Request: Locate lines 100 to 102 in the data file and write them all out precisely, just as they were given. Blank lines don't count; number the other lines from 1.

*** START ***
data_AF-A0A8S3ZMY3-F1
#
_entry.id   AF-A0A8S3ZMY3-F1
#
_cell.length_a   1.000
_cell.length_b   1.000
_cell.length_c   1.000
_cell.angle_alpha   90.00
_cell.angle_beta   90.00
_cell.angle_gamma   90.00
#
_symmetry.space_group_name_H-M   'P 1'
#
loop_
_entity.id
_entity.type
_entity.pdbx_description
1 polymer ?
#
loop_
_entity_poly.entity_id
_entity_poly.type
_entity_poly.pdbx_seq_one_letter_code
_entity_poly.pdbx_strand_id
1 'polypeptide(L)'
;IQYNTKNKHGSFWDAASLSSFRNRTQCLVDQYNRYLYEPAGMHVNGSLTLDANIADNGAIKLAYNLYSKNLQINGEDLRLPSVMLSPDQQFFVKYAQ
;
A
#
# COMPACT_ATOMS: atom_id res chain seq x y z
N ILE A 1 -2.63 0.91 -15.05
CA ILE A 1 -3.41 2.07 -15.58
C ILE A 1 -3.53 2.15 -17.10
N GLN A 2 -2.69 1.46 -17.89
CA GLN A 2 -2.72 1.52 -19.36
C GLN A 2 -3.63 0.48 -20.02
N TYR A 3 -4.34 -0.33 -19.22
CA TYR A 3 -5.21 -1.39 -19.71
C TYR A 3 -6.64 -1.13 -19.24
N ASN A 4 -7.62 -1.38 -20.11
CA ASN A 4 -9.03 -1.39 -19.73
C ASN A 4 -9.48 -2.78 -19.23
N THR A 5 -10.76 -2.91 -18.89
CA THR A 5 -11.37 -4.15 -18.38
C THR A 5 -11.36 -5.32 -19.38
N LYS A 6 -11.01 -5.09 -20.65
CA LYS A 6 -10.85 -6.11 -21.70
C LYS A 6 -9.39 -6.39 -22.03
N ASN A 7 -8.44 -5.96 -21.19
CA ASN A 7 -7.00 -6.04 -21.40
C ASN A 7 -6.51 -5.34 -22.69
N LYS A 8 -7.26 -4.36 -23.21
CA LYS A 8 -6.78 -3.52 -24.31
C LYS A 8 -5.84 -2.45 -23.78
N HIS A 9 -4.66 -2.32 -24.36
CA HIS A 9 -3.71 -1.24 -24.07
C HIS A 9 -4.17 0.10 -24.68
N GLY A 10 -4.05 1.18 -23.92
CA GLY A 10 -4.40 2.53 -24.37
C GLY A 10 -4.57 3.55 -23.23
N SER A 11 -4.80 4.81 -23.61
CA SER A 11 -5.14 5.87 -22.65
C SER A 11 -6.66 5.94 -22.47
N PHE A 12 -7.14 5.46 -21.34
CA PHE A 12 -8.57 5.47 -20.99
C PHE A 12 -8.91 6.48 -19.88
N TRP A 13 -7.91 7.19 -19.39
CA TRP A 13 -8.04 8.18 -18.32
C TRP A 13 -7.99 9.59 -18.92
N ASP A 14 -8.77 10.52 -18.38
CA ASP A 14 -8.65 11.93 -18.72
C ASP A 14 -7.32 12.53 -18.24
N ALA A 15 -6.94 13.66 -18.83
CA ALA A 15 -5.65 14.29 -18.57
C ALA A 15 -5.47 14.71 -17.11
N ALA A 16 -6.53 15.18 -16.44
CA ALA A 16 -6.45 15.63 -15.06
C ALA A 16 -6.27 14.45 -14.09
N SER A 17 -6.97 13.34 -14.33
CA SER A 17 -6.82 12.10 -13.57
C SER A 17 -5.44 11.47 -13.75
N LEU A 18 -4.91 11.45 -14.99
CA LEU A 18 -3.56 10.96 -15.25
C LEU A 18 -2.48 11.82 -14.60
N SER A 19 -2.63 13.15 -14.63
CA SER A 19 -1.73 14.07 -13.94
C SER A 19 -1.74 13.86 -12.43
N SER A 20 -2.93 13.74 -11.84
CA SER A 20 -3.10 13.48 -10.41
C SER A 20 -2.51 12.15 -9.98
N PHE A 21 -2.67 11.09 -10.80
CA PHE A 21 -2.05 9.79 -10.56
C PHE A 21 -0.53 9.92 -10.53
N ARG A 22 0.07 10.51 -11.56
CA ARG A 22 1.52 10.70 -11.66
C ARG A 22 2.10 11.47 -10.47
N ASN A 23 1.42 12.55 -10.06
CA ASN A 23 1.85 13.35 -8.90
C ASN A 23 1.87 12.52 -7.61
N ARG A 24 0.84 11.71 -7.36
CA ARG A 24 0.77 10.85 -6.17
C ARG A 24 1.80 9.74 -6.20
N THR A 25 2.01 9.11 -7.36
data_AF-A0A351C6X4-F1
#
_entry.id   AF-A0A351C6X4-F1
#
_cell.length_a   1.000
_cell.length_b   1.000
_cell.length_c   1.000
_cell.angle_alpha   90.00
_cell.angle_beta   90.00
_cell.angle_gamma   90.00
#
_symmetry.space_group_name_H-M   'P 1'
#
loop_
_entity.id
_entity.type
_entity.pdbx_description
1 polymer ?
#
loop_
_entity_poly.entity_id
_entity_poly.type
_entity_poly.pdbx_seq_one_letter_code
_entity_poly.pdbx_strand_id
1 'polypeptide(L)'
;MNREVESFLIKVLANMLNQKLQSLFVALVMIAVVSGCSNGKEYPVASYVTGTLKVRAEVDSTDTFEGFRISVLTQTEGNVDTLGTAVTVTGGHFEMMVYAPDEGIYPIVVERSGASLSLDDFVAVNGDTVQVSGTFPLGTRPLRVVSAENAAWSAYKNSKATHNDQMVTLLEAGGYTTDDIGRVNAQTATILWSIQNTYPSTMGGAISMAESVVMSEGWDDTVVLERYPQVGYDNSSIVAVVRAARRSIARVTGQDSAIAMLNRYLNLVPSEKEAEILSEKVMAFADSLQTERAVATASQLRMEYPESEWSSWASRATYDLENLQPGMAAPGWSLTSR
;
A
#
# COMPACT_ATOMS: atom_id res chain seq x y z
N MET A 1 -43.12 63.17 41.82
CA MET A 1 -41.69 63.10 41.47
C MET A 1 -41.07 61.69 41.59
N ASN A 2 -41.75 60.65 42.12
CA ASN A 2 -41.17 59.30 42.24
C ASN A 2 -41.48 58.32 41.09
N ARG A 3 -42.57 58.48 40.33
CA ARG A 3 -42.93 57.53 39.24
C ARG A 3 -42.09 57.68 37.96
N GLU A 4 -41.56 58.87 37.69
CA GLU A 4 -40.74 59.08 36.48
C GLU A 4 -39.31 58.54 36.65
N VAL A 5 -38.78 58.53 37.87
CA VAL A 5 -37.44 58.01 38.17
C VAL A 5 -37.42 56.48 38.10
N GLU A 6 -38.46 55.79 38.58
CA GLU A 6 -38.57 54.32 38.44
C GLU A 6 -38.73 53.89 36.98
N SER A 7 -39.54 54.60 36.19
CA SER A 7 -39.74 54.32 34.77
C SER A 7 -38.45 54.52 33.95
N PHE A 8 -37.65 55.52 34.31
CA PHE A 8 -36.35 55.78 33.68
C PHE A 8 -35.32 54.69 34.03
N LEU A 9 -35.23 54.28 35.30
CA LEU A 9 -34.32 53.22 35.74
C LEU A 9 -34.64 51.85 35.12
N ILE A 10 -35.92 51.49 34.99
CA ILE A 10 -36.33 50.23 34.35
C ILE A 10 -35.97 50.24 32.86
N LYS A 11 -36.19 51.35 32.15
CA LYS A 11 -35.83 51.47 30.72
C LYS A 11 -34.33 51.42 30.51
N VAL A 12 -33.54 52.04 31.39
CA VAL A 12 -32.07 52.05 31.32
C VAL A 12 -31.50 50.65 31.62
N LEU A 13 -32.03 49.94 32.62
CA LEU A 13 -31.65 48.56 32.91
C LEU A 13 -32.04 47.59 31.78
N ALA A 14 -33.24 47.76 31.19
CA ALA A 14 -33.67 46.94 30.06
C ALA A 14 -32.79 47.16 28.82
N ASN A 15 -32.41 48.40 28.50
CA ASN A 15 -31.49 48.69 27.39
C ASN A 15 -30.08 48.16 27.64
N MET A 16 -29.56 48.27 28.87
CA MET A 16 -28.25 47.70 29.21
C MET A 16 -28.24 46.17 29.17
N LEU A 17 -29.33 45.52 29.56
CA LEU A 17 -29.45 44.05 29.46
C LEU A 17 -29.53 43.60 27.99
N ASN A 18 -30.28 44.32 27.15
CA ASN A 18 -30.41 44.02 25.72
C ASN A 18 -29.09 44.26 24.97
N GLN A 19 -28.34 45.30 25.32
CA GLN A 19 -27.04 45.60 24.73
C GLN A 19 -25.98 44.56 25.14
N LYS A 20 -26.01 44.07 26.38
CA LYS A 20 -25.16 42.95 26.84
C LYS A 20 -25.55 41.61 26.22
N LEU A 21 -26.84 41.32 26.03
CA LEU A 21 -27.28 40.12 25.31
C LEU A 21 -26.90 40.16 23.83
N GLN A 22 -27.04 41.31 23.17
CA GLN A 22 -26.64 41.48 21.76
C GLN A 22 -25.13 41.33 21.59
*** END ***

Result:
N ARG A 24 0.84 11.71 -7.36
CA ARG A 24 0.77 10.85 -6.17
C ARG A 24 1.80 9.74 -6.20